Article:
Jack Thornton has trouble winning enough at cards for the stake he needs to get to the Alaska gold fields. His luck changes when he pays $250 for Buck, a sled dog that is part wolf to keep ... See full summary »
Jack Thornton has trouble winning enough at cards for the stake he needs to get to the Alaska gold fields. His luck changes when he pays $250 for Buck, a sled dog that is part wolf to keep him from being shot by an arrogant Englishman also headed for the Yukon. En route to the Yukon with Shorty Houlihan -- who spent time in jail for opening someone else's letter with a map of where gold is to be found -- Jack rescues a woman whose husband was the addressee of that letter. Buck helps Jack win a $1,000 bet to get the supplies he needs. And when Jack and Claire Blake pet Buck one night, fingers touch. Written by
Dale O'Connor <email@example.com>
Gee, I wonder what it's going to be like having things instead of wishing for 'em.
It's not nearly as much fun.
You're wrong, Claire. Wishing never got anybody anyplace. It's owning something that counts and taking it when you can't get it any other way... that's all right too. It's the law up here... the law of the Klondike. If there is something you need, grab it! Take it away from the other guy. It's a good law. It works.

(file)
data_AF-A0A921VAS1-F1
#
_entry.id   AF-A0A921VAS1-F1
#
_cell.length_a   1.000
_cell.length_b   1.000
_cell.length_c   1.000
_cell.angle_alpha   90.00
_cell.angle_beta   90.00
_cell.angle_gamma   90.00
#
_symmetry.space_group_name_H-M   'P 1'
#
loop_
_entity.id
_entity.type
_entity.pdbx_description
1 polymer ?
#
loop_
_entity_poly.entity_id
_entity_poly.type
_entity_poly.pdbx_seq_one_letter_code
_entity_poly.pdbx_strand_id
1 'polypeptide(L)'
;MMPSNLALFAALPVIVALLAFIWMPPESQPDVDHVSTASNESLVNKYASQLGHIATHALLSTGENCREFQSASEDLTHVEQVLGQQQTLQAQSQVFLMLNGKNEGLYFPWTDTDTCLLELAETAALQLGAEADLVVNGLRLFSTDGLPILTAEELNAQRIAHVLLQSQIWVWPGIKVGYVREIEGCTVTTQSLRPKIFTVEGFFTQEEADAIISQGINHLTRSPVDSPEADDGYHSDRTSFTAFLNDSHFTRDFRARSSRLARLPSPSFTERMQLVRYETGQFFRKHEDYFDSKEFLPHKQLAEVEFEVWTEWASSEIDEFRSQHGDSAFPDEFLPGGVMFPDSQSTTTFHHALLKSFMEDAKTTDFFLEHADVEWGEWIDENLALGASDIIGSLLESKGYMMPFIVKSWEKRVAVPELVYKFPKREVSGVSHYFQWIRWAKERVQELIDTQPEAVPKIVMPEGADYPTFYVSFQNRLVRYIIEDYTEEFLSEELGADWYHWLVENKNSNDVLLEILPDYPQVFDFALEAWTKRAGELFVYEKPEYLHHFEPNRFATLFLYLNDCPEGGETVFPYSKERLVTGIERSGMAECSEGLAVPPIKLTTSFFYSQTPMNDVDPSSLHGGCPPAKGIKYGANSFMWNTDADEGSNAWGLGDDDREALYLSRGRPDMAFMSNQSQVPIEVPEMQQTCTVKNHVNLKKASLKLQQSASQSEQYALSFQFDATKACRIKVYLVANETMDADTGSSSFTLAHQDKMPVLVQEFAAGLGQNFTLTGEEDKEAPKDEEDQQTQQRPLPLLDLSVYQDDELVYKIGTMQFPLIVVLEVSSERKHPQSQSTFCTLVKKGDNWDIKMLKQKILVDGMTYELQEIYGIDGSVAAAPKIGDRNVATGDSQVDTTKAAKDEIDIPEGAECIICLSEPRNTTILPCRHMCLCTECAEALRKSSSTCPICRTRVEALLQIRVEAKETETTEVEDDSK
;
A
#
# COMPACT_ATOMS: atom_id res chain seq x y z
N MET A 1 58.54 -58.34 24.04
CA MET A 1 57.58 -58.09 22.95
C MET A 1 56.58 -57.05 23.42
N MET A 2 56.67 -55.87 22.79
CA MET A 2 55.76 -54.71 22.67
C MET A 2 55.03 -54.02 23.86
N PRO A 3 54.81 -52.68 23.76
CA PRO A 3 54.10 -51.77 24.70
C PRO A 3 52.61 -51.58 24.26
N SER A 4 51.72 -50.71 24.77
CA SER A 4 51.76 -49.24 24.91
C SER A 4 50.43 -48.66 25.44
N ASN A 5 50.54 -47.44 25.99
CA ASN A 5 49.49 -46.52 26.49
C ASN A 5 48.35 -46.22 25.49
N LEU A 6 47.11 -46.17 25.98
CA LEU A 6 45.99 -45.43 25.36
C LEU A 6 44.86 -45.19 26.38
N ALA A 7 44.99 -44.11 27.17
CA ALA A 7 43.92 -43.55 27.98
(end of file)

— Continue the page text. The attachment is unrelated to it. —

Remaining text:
No, it only works when you deserve to have what you take. Otherwise, ...
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Gable has it all for a short while: easy pickings gold nuggets, a gorgeous girlfriend he found in the wilderness, a half-wild soul mate lead dog and a bashful wisecracking partner. But, his grasp on all of these is slippery, as the plot develops. I don't fault Hollywood for departing so flagrantly from London's story, which too was just a yarn. I found this version much more entertaining and profound, despite the stereotypical boss-sidekick relationship between Gable and Jack Oakie.
Gable seems to represent sort of an ideal adventurous entrepreneur: a riverboat gambler at heart, who is willing to take big risks and to work for his fortune when necessary, but who tries to grab all he can and beat out the competition. The chief villain is a stereotypical pretentious cutthroat tycoon: the worst kind of capitalist. In contrast, Gable recognizes certain limits in gaining his fortune and honors his commitments to his partners, be they human or animal. Loretta's creed is yet more tempered: You will get what you want only if you deserve it. See the movie to find out how these various creeds interact to determine the outcome.
This is perhaps Gable's most enjoyable role, along with those in "Mutiny on the Bounty" and "Boom Town". As in most of his best roles, Gable comes across as rakish: part hero, part scoundrel, but never dull. Like Gable, Loretta is at her physical peak at this time, making for a very romantic-looking couple.
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